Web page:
The facilitators handle transitions, confidentiality, and the sum and substance of the session very articulately. They are articulate in their communication and provide clear and concise direction with regard to the areas in which the participants will be led (Ritchie et al., 2020). For instance, Charlie transitions through different segments of the session using a structured flow of activities. He is always able to tell when the members of the group find it difficult to explain some aspects of the questions they are asked or part of their contribution, but they attempt to explain it with the help of gestures. He also brings out links and allows the participants to find a smooth way of making out the whole meaning.

Overall performance

Charlie and Adam exhibit exemplary performance by evaluating the strengths, needs, and challenges of group members and giving really good constructive feedback for improvement. They listen to the contributions of the group members, attest to their experience, and encourage them. For instance, when McGil shares his struggles with shame, Charlie commends him for being open and looks into underlying factors that may be contributing to his experience. This approach to reflection allows the facilitators to give more specifically attuned interventions to what is happening with the participants so as to make the group more supportive and empowering.

Application of evidence-based methods

They use evidence-based methods or interventions to inform their practice, borrowing from established research and moulding techniques to better fit the context of their group. Charlie makes numerous references to shame researcher Ernie Brown when setting the stage for their discussions of shame and its effect on individuals. Using evidence-based principles within their facilitation style improves the effectiveness of this group intervention for the betterment of the outcome for the participants.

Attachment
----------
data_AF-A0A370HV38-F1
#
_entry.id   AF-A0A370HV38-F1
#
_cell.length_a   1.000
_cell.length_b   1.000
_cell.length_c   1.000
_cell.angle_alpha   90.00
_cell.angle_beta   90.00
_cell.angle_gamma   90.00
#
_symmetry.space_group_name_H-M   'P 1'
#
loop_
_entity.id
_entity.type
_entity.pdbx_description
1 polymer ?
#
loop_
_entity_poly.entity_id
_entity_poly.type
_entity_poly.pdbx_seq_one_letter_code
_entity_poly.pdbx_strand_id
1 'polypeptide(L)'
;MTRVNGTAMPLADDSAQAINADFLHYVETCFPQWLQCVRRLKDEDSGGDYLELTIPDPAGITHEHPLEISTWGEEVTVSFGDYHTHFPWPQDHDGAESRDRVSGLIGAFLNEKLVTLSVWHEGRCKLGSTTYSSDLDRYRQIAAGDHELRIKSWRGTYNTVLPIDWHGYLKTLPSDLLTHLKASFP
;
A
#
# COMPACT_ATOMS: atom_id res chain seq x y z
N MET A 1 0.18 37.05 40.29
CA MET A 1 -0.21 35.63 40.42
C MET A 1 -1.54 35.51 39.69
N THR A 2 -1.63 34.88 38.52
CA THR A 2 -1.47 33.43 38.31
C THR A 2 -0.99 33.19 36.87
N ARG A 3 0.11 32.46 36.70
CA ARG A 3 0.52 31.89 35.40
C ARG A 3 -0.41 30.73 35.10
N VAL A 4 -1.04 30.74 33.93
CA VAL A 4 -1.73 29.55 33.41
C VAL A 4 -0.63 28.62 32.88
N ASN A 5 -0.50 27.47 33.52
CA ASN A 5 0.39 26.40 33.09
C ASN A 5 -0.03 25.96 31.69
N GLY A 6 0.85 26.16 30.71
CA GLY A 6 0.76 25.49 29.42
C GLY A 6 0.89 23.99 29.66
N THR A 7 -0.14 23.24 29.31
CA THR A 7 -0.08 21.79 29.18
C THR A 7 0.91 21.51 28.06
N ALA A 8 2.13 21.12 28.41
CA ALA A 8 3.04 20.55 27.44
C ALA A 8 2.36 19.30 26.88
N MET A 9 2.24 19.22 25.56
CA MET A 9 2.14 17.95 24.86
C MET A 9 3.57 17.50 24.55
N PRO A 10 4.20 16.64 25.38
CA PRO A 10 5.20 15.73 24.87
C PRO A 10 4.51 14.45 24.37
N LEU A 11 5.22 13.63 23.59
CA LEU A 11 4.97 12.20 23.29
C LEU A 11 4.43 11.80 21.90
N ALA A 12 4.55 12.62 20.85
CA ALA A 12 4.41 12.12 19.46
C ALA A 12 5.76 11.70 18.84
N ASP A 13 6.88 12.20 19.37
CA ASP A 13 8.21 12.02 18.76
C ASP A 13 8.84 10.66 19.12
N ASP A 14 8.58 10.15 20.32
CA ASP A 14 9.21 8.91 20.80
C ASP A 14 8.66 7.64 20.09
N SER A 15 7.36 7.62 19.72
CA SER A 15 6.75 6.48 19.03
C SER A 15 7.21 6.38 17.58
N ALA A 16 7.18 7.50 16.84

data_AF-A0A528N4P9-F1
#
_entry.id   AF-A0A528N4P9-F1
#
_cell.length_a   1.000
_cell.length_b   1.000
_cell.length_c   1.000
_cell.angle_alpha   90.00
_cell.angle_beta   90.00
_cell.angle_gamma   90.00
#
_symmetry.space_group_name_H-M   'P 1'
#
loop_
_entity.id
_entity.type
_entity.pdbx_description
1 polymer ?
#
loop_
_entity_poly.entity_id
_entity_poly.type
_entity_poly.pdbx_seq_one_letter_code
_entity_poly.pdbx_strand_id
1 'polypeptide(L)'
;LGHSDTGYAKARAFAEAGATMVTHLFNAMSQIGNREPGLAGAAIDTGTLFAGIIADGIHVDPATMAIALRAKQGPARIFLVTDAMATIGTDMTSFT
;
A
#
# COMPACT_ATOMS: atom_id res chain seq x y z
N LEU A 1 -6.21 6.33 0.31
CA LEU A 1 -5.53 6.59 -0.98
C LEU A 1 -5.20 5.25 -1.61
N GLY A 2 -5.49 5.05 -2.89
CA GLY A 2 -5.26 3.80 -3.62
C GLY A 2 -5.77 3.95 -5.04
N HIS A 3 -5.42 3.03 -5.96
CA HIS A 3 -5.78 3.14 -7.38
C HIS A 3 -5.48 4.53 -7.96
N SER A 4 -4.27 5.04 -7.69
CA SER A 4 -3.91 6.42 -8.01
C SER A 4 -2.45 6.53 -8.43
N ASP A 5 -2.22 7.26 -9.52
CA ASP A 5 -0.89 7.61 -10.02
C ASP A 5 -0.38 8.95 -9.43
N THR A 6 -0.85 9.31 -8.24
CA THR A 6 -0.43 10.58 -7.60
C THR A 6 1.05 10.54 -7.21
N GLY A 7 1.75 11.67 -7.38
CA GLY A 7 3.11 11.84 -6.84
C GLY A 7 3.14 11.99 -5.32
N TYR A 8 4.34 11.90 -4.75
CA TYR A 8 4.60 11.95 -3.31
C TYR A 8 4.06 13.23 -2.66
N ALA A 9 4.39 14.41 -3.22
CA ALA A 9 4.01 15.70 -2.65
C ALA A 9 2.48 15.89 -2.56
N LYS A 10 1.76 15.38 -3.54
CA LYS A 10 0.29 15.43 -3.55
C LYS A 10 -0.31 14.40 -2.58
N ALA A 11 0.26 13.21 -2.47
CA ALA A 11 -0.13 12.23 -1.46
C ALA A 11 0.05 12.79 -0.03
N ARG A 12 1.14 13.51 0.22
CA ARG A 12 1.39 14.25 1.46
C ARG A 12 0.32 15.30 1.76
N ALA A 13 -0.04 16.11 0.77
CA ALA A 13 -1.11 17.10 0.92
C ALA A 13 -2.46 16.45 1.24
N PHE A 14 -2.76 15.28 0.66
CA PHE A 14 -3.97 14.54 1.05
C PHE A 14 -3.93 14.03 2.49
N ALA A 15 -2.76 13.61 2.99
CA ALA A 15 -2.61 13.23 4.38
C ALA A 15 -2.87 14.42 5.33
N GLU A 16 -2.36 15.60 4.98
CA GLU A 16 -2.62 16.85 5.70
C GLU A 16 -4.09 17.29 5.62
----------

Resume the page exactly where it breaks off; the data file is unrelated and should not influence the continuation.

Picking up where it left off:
Alexandria, VA. (2017). Alexander Street, a ProQuest Company. Video.alexanderstreet.com. https://video.alexanderstreet.com/watch/group-counseling-with-inmates-san-quentin-prison/transcript

Ashikali, T., Groeneveld, S., & Kuipers, B. (2020). The role of inclusive leadership in supporting an inclusive climate in diverse public sector teams. Review of Public Personnel Administration, 41(3), 0734371X1989972. Sagepub. https://doi.org/10.1177/0734371X19899722

Classen, J., Vea, T., Kijima, R., Yang-Yoshihara, M., & Ariga, S. (2023). Interactional role negotiation among co-facilitators in an online design workshop. Classroom Discourse, 1–19. https://doi.org/10.1080/19463014.2023.2240907

Ritchie, M. J., Parker, L. E., & Kirchner, J. E. (2020). From novice to expert: a qualitative study of implementation facilitation skills. Implementation Science Communications, 1(1). https://doi.org/10.1186/s43058-020-00006-8

Winter, H. (2024). Peer mediation in refugee shelters what constitutes peer mediation from the participants’ point of view? Opus4.Kobv.de. https://opus4.kobv.de/opus4-euv/frontdoor/index/index/docId/1348